And now I'm just rambling about characters most people here don't even know, so I shall stop.

Time to finish my lunch.

* My mom commented when we were at Borders the other day that a certain popular and terrible series ruined the previous name of that series. She is right. Oh well, I had decided to call it Altitude even before that really awful book was published.

Yay writing

My plan to write every morning got steamrolled, as now I suddenly find myself with not only an internship that I have to do 25 hours a week, but a job that will be 10-15. Whoops.

BUT, the plan is salvageable. It might be that evening writing is better than morning writing anyway. It always used to be for me...provided I'm not too terribly exhausted.

AND, because I'll be on basically the same schedule every day (at least with respect to getting up and going to sleep -- up at 8, sleep at midnight or 1 if I keep reading, 7-8 hours' sleep per night, woo) I can try to fit writing into the evening instead. I WILL make this a priority for the summer, even if I also have to earn money and academic internship credit. I WILL!

Anyway, nothing much to say here except that I just got way into writing a segment for my latest story. Having finished almost all the nonfiction about Columbine that I could find (almost done with Brooks Brown's No Easy Answers), I now have two pieces of fiction based on it, and I see that there's really not much new stuff to add to this fictional debate (though I'm glad I'm not the only morbid writer who apparently is fascinated by it, haha)...but I still feel compelled to get this short piece to a place where it's "finished" in some respect. I also have one friend who thinks Columbine in all its darkness and morbidity is a great topic for a piece and wants to read my story, so I hope to have it done before I leave for Asia (since I'll be seeing him in Japan). So that's extra motivation, but I didn't need it. But this IS otherwise the first time I'm writing a piece "just for myself," without really worrying to much about showing it to other people, because I think other people will not so much enjoy it. (Except a few.) It's also kind of weird how much Samantha's life has become like mine, so I really am doing a weird self-insertion thing here, more than I usually allow myself to do in stories. But I think by putting myself into the story in a weird way, it lets me do what I need to do with the story. (Also if there's another character who clearly IS a lot like me, who is happy and well-adjusted, maybe people won't think I'm identifying with the suicidal/homicidal other central character. o_o)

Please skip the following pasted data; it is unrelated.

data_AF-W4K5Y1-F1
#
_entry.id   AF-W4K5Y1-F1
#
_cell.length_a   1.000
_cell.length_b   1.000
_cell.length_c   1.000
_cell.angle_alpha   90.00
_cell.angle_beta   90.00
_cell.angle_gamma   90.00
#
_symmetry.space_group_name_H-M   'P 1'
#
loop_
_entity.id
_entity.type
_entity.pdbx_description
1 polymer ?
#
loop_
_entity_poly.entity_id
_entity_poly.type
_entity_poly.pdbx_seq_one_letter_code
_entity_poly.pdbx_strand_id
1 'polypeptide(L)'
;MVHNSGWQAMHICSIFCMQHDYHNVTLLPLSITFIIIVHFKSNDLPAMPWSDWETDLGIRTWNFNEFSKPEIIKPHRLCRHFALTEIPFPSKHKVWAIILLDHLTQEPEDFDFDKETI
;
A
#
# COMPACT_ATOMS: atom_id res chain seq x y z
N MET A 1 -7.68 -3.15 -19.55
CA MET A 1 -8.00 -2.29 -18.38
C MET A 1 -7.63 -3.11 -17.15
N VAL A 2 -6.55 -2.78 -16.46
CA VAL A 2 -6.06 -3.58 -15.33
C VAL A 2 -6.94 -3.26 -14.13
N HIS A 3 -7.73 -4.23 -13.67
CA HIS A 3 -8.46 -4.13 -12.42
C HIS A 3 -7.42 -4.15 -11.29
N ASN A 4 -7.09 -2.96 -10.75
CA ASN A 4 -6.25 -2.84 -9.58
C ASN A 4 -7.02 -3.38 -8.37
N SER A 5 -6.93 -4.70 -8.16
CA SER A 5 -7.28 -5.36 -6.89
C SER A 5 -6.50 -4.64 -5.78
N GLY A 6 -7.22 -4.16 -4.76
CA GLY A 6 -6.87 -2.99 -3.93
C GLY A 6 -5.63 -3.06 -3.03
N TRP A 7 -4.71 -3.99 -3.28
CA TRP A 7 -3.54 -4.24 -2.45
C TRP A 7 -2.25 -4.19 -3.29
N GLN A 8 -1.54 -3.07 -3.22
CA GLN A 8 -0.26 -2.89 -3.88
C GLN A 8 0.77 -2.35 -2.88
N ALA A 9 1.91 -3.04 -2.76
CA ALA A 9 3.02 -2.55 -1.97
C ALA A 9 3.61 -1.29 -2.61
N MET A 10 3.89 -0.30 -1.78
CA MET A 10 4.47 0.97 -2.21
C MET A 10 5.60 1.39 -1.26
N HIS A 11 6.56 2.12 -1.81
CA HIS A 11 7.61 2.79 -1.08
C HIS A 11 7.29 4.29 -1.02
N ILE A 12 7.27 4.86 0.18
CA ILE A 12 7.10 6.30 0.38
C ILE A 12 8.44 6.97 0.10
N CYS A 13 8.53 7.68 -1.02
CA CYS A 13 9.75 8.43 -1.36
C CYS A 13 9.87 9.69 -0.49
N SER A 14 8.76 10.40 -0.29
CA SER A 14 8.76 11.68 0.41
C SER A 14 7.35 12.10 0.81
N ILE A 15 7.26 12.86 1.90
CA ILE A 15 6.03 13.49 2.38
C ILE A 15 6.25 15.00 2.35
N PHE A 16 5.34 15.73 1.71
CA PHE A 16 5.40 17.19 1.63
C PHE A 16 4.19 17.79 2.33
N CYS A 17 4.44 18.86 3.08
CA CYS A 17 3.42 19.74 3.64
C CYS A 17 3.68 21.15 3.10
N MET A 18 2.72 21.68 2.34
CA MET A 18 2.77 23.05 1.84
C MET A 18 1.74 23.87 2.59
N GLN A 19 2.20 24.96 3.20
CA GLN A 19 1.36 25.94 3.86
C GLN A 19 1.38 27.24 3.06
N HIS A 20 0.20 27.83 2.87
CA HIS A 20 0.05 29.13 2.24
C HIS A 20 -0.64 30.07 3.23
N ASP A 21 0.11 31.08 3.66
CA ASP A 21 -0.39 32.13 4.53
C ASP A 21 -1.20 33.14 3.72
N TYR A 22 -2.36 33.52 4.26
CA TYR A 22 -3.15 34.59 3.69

Hmm, I dunno why I'm rambling about this, but I was just feeling particularly pleased with the 800+ words I wrote in an hour tonight, which is a good pace for me. It came very easily and I had to cut it short for bed (which I should be going to now). But I hope I can keep this up 5 of 7 nights per week! Such a good feeling.

When I finish Samantha's story, I will do Azilie's.

(Oh, her name is Samantha now, not Claire. For some reason it was really getting to me that all my characters had C names, and the way her character was evolving, I felt the name Samantha also really suited her, so it was a fairly easy switch. Fortunately it was early enough in my exploring this story that I could do that. Also I keep trying to figure out whether this is Samantha's story or Caleb's, and it's a little scary that it might the latter. As if I could write that anyway! But I realized what it is is a story about Samantha's vision of Caleb. And about what makes reality anyway.)

Man, I hope I can keep going on this flow tomorrow.

What the heck. I know I have to get up and go to an internship, but darn it, I'm still inspired.

*goes to write more*

(Geez, even the letters "TEC-9" sitting in a tab on my taskbar freak me out. Ugh. The more I read about Columbine, the more I feel strongly about gun control. I don't mean to co-opt the tragedy for my own political purposes; I rather resent people saying that. Frankly the tragedy is the alpha and omega of why I have that political purpose to begin with. But don't let me digress into a rant about the need for gun control. I have a story to write. *closes tab*)

Okay, 1,395 words for the night. I rock. Time for bed now, alas. Otherwise I'll be too sleepy to write more tomorrow! And I have to do it every day!

Will get back into the Writing Meme soon too, probably tomorrow. Yay life getting back under control.

Writing Meme Day 15

15. Midway question! Tell us about a writer you admire, whether professional or not!